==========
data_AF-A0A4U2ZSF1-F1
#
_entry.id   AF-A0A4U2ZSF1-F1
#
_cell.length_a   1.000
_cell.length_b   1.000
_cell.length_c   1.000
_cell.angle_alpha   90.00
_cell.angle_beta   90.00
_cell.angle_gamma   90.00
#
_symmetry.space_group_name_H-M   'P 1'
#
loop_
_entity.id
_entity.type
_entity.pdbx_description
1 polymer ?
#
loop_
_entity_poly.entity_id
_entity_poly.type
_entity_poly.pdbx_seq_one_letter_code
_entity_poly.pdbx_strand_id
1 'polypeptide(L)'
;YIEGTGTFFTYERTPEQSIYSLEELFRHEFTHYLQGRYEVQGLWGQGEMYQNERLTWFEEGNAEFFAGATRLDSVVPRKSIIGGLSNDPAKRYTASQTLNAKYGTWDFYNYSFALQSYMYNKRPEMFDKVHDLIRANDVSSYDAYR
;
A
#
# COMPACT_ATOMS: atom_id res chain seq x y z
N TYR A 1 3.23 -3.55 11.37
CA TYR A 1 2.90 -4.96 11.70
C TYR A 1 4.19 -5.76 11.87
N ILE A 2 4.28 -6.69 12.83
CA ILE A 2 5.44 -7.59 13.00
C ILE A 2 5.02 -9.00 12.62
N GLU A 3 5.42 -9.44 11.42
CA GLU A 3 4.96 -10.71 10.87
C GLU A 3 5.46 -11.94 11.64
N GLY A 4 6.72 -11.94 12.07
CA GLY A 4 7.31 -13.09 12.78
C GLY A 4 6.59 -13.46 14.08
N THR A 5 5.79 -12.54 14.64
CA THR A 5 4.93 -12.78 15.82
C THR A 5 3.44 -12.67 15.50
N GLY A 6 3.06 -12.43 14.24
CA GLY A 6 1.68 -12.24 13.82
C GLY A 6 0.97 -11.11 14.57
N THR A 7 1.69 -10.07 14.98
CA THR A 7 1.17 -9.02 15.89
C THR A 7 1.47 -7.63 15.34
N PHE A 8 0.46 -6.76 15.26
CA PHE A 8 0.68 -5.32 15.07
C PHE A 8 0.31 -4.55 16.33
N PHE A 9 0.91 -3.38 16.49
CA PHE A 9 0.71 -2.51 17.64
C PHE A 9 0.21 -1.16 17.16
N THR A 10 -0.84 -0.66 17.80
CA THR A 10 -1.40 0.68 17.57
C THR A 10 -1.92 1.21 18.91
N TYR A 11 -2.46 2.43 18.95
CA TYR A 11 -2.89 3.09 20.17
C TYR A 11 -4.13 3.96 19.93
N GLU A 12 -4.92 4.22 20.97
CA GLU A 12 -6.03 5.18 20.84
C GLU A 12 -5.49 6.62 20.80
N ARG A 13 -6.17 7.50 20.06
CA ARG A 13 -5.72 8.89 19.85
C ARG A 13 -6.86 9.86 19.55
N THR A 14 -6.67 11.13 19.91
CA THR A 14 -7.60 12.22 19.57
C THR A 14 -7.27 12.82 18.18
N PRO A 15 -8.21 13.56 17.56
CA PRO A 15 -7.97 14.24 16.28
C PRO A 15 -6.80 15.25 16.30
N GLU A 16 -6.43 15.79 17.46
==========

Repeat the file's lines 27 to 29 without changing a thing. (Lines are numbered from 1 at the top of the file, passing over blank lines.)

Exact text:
;
A
#